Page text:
The Monetary and Fiscal History of Brazil, 1960-2016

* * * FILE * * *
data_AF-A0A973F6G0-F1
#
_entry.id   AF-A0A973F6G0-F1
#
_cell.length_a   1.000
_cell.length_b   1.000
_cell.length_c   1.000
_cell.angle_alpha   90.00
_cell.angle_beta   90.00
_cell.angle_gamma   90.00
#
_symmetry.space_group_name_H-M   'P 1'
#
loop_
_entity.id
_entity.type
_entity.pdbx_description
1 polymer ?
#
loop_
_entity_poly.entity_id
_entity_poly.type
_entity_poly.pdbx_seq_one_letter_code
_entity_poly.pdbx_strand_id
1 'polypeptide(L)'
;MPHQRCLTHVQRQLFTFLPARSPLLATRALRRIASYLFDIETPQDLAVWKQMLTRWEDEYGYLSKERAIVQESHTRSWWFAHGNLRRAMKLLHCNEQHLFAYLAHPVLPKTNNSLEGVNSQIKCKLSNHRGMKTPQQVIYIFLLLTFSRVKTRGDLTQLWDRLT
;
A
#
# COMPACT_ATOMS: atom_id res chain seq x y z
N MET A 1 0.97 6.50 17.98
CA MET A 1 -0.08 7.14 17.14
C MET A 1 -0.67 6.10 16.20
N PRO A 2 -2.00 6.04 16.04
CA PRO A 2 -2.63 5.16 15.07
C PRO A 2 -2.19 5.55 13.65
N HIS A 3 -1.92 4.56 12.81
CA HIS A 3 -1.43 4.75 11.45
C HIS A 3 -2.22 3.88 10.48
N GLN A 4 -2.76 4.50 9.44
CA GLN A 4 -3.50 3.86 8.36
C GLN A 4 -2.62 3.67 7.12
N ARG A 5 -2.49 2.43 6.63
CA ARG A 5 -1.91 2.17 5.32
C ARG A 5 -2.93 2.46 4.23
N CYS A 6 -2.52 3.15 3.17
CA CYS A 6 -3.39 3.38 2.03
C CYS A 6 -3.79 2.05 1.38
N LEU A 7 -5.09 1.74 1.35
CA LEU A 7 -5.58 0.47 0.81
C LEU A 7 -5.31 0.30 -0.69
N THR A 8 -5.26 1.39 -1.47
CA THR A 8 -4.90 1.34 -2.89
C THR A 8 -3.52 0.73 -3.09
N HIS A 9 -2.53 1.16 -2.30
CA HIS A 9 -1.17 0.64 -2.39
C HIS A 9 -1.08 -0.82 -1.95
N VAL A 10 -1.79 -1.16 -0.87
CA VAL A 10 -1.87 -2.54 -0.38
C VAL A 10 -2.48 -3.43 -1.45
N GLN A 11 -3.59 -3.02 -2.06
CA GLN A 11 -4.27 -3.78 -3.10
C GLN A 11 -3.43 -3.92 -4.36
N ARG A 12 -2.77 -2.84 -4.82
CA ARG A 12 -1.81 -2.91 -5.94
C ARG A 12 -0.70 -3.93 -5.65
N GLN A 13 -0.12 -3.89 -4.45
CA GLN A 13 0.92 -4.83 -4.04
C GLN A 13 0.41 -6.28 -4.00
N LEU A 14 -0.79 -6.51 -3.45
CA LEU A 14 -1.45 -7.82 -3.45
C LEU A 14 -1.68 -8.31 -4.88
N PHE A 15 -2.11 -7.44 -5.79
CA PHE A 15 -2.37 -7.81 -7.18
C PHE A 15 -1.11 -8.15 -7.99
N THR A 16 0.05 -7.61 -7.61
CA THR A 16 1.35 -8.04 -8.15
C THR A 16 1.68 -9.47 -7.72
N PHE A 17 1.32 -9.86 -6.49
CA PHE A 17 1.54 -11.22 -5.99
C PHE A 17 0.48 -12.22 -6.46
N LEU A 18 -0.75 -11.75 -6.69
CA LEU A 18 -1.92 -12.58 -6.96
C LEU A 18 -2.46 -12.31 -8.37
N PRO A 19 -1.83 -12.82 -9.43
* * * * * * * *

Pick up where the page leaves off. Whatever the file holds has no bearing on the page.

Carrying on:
Brazil has had a long period of high inflation. It peaked at around 100 percent per year in 1964, decreased until the first oil shock (1973), but accelerated again after ward, reaching levels above 100 percent on average between 1980 and 1994. This last period coincided with severe balance of payments problems and economic stagnation that followed the external debt crisis in the early 1980s. This paper shows that the high-inflation period (1960-1994) was characterized by a combination of fiscal deficits, passive monetary policy, and constraints on debt financing. The transition to the low-inflation period (1995-2016) was characterized by improvements in all of these features, but it did not lead to significant improvements in economic growth. In addition, this paper documents a strong positive correlation between inflation rates and seigniorage revenues, although inflation rates are relatively high for modest levels of seigniorage revenues. Finally, this paper discusses the role of the weak institutional framework surrounding the fiscal and monetary authorities and the role of monetary passiveness and inflation indexation in accounting for the unique features of inflation dynamics in Brazil.